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Ten years ago, in a winter 2005 issue of Washington Monthly, the magazine's editors said "It's time for Democrats to think beyond the usual suspects" when it came down to picking a Presidential nominee. A list was offered that included names like newsman Tom Brokaw ("you know him, you trust him"), Tom Hanks ("a convincing multimillionaire everyman"), and, uh, uh-oh, Bill Cosby.


What makes Cosby qualified to be president? His Ph.D. in education certainly helps. Further, he's "also a master of reframing." You don't say!


What else?

He has since drawn upon his beloved-icon status and personal fortune to stump for early-reading initiatives and endow college scholarships; now, he's putting his popularity on the line to criticize the lax parenting and low academic standards he sees in black America today. These recent remarks, that drew defensive fire, proved the former Jello spokesman has guts and thrust Cosby back onto the national stage.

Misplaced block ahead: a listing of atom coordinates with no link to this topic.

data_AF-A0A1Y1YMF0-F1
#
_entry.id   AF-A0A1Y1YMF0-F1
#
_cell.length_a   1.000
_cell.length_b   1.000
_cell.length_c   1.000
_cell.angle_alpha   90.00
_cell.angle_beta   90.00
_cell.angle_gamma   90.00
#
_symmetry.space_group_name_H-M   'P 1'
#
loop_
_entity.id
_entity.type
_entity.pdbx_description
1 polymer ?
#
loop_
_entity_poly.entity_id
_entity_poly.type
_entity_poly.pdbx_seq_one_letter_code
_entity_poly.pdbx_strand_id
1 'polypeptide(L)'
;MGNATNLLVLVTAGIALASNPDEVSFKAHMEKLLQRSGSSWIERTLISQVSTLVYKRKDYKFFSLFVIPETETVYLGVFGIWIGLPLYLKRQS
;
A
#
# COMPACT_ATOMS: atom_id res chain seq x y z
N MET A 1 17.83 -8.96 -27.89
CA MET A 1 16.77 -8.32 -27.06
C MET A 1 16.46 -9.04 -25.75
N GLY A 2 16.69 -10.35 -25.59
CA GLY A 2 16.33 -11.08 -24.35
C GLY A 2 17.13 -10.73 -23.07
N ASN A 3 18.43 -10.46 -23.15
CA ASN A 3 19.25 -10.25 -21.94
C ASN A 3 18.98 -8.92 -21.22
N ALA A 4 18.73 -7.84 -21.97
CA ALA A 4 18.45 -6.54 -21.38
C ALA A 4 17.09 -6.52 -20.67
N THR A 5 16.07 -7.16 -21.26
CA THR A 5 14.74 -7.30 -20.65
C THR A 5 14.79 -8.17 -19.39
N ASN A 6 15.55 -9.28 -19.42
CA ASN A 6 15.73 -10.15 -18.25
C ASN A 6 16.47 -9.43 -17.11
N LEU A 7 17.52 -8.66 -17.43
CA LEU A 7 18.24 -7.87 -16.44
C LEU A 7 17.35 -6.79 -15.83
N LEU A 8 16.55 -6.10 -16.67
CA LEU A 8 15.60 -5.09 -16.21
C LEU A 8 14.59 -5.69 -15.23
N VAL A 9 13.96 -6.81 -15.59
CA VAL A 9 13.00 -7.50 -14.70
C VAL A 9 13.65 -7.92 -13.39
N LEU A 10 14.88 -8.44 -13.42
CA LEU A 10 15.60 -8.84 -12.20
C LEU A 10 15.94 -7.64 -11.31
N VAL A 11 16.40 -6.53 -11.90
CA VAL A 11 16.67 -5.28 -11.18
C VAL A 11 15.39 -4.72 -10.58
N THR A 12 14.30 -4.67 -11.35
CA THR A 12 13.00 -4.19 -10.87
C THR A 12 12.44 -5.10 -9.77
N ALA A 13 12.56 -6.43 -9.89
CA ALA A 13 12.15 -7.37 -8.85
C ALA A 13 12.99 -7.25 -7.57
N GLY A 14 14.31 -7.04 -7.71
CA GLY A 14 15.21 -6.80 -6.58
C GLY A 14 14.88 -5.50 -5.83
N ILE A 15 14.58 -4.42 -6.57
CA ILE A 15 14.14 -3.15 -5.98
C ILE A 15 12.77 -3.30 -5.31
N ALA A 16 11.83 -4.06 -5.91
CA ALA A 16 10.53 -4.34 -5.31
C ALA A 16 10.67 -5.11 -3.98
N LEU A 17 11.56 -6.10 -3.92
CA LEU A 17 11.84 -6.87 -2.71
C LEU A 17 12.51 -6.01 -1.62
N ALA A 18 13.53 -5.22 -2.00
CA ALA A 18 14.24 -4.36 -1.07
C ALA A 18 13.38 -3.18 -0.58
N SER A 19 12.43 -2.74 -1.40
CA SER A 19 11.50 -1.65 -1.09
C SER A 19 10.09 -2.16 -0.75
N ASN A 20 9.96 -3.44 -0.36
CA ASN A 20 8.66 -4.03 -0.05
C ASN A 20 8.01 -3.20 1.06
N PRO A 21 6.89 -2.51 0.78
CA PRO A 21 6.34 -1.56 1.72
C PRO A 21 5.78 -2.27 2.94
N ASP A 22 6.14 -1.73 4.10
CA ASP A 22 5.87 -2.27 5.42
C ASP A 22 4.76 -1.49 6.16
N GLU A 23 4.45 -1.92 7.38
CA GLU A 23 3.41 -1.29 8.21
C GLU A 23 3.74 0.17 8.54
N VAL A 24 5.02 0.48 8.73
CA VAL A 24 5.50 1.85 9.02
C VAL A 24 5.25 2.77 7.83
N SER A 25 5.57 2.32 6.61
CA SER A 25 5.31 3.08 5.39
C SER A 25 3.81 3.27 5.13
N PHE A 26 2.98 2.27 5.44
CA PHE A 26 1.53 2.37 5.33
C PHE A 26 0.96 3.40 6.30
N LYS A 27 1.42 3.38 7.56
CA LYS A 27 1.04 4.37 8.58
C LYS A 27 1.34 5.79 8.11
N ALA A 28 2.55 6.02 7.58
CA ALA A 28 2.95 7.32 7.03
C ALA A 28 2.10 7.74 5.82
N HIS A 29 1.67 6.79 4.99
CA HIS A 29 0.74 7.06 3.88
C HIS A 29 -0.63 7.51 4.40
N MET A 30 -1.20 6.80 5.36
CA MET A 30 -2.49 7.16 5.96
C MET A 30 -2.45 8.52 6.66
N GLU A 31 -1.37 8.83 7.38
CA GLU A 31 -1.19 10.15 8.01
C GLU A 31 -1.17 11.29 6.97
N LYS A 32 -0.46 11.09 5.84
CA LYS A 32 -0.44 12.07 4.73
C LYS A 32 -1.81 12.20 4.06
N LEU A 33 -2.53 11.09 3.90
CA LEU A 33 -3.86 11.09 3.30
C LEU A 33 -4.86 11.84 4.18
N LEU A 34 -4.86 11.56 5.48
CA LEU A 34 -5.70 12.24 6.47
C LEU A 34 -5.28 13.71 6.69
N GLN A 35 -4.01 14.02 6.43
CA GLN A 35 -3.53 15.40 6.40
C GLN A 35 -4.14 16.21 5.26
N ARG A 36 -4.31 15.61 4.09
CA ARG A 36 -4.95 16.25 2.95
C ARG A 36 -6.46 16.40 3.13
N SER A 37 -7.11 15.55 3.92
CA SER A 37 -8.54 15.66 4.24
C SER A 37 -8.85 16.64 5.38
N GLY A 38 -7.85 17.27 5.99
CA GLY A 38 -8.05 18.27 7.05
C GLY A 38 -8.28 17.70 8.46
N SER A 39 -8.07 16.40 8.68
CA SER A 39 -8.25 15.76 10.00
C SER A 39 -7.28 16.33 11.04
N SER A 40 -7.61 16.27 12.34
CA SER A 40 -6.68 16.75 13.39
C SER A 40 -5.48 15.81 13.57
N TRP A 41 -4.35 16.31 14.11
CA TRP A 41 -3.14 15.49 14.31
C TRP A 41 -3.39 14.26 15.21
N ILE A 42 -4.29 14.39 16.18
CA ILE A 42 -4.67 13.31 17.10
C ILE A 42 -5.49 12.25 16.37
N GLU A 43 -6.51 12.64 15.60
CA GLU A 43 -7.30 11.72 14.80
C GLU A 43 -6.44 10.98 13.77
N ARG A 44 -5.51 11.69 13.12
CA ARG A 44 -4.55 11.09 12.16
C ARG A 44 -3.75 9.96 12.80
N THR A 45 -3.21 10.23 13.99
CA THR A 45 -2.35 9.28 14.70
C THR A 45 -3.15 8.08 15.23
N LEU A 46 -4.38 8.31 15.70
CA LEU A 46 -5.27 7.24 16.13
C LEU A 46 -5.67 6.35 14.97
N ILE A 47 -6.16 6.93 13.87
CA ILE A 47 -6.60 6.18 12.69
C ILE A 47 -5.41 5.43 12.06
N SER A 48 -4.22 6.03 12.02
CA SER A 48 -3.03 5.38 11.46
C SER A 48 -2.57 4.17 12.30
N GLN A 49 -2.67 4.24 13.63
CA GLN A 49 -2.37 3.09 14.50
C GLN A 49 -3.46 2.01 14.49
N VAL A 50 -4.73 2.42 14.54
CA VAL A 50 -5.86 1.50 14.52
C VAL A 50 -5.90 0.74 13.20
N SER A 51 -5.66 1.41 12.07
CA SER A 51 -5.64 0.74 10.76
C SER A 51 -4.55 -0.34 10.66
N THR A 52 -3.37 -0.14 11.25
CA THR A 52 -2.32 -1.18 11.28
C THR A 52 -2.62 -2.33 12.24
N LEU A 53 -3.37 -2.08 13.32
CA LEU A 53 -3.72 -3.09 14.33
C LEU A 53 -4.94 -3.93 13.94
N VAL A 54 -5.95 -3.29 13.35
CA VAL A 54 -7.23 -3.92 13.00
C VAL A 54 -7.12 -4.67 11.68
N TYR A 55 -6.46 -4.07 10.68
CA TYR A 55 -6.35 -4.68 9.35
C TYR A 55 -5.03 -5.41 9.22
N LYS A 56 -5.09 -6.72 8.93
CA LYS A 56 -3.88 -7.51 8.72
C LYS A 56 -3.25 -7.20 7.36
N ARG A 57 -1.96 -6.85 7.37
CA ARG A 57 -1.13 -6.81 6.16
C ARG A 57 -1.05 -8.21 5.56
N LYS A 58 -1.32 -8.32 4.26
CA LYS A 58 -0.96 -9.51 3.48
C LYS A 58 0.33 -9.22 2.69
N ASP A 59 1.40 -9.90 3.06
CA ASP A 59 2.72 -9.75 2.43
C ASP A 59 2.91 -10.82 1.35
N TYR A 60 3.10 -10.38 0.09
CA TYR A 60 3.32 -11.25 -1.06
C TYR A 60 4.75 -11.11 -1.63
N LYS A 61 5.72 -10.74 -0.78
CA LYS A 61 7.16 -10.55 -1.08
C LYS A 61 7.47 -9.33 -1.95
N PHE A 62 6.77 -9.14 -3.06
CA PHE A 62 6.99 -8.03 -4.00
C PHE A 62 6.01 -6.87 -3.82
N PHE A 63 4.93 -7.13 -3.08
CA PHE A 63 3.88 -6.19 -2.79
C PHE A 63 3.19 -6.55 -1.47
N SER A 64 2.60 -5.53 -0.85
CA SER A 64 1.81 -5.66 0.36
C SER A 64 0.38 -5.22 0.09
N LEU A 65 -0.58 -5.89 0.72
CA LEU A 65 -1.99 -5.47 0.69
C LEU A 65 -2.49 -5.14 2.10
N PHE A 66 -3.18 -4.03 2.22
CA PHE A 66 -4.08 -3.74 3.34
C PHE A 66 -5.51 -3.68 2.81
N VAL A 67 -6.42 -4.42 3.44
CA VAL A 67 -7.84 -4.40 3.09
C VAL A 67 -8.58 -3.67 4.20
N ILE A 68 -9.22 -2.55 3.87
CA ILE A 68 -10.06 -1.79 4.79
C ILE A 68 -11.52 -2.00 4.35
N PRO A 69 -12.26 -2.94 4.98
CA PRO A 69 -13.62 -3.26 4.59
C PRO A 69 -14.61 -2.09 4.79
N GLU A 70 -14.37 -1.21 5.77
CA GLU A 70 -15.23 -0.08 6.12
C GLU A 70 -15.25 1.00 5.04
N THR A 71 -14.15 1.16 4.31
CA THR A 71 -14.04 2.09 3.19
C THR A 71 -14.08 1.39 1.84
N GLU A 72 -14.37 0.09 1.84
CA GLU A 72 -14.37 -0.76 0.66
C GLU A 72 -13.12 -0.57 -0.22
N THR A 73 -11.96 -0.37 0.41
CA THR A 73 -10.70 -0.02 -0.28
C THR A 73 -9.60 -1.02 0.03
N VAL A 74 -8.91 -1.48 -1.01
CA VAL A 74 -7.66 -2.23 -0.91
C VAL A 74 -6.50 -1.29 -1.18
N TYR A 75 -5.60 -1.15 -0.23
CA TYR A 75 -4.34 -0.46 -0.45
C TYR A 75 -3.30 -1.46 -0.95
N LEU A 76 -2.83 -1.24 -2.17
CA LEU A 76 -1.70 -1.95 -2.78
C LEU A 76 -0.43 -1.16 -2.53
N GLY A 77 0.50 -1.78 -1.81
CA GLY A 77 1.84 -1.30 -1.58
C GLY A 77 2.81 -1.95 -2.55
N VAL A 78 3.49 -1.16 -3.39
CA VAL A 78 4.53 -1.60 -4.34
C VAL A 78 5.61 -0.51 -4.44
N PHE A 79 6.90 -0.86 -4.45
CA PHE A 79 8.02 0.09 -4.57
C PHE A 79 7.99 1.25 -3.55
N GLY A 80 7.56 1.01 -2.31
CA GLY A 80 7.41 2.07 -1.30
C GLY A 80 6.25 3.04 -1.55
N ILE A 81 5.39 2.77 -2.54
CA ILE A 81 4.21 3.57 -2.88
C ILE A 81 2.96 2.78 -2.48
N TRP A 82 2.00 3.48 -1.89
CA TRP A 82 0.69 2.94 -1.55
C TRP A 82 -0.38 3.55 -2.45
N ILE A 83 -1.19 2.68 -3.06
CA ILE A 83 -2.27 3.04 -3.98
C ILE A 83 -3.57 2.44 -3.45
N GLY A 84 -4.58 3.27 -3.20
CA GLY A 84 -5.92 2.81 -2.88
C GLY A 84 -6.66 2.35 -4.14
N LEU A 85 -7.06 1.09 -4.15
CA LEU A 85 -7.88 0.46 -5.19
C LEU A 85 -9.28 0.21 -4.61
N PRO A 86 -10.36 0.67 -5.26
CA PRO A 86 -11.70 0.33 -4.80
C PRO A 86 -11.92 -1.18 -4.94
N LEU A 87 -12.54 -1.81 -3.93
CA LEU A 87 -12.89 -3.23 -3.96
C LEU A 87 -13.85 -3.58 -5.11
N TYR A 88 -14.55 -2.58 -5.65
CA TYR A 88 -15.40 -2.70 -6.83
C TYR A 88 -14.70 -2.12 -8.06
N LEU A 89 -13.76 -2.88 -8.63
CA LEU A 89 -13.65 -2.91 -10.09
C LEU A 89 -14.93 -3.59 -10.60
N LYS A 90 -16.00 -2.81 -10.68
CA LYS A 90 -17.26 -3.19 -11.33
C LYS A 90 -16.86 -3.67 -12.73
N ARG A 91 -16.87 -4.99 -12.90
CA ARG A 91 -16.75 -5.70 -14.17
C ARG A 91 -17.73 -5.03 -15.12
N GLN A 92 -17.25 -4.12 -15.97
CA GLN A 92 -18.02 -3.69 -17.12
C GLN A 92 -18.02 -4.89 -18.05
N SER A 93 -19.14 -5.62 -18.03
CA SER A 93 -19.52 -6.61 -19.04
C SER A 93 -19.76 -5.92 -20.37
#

Respectability politics, America needs 'em!

The capsule on Cosby ends up on a potential disqualifier: "Has admitted cheating on his wife."


More disqualifiers would be forthcoming.

To be fair, most of the sexual assault allegations against Cosby only surfaced recently, with only a scant few being public knowledge in the five years before the magazine went to print. Then again, part of the magazine's mission statement is finding out and revealing "who’s a fraud and who isn’t."


It's an interesting reminder of just how far Bill Cosby's star has fallen, and how his credibility has been destroyed, in the last couple of years. Here was a left-leaning magazine offering the Democratic Party suggestions for popular and charismatic figures who could rally voters who may have been bored by Al Gore and John Kerry.

In addition to Cosby, the piece also suggests current Republican candidate Carly Fiorina and current across-the-board-persona-non-grata Lance Armstrong. As writer Dylan Matthews put it, this is a piece that did not age well.


[H/T Dylan Matthews]

David Matthews operates the Wayback Machine on—hop on. Got a tip? Email him:

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